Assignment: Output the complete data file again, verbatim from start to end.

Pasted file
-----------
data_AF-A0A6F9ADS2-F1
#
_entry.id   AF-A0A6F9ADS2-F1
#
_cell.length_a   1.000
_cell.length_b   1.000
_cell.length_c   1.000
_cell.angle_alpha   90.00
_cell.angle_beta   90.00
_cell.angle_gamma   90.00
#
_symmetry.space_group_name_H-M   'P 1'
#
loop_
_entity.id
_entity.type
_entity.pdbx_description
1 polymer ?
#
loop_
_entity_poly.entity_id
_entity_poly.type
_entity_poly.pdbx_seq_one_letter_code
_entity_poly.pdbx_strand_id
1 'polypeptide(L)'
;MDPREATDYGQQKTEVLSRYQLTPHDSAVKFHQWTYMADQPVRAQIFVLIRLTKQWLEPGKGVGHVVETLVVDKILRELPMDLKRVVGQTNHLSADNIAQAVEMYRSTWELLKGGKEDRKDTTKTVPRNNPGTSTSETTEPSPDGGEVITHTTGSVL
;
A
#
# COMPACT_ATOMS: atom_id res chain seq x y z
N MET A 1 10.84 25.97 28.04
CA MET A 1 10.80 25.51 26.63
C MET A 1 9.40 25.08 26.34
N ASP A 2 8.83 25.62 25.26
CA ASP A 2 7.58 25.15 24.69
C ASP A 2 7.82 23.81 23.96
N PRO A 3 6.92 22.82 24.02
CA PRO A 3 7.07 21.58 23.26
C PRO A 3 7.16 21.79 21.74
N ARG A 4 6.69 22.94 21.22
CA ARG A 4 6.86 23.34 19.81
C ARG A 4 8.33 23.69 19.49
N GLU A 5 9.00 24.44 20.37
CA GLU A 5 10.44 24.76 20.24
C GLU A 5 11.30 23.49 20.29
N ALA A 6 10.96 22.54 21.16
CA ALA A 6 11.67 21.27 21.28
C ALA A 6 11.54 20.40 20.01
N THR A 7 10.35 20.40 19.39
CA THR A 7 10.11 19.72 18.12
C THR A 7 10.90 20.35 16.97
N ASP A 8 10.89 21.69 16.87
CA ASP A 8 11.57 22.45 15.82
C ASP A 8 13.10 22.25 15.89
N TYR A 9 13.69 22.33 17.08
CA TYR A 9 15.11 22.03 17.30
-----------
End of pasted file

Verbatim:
data_AF-A0A6F9ADS2-F1
#
_entry.id   AF-A0A6F9ADS2-F1
#
_cell.length_a   1.000
_cell.length_b   1.000
_cell.length_c   1.000
_cell.angle_alpha   90.00
_cell.angle_beta   90.00
_cell.angle_gamma   90.00
#
_symmetry.space_group_name_H-M   'P 1'
#
loop_
_entity.id
_entity.type
_entity.pdbx_description
1 polymer ?
#
loop_
_entity_poly.entity_id
_entity_poly.type
_entity_poly.pdbx_seq_one_letter_code
_entity_poly.pdbx_strand_id
1 'polypeptide(L)'
;MDPREATDYGQQKTEVLSRYQLTPHDSAVKFHQWTYMADQPVRAQIFVLIRLTKQWLEPGKGVGHVVETLVVDKILRELPMDLKRVVGQTNHLSADNIAQAVEMYRSTWELLKGGKEDRKDTTKTVPRNNPGTSTSETTEPSPDGGEVITHTTGSVL
;
A
#
# COMPACT_ATOMS: atom_id res chain seq x y z
N MET A 1 10.84 25.97 28.04
CA MET A 1 10.80 25.51 26.63
C MET A 1 9.40 25.08 26.34
N ASP A 2 8.83 25.62 25.26
CA ASP A 2 7.58 25.15 24.69
C ASP A 2 7.82 23.81 23.96
N PRO A 3 6.92 22.82 24.02
CA PRO A 3 7.07 21.58 23.26
C PRO A 3 7.16 21.79 21.74
N ARG A 4 6.69 22.94 21.22
CA ARG A 4 6.86 23.34 19.81
C ARG A 4 8.33 23.69 19.49
N GLU A 5 9.00 24.44 20.37
CA GLU A 5 10.44 24.76 20.24
C GLU A 5 11.30 23.49 20.29
N ALA A 6 10.96 22.54 21.16
CA ALA A 6 11.67 21.27 21.28
C ALA A 6 11.54 20.40 20.01
N THR A 7 10.35 20.40 19.39
CA THR A 7 10.11 19.72 18.12
C THR A 7 10.90 20.35 16.97
N ASP A 8 10.89 21.69 16.87
CA ASP A 8 11.57 22.45 15.82
C ASP A 8 13.10 22.25 15.89
N TYR A 9 13.69 22.33 17.08
CA TYR A 9 15.11 22.03 17.30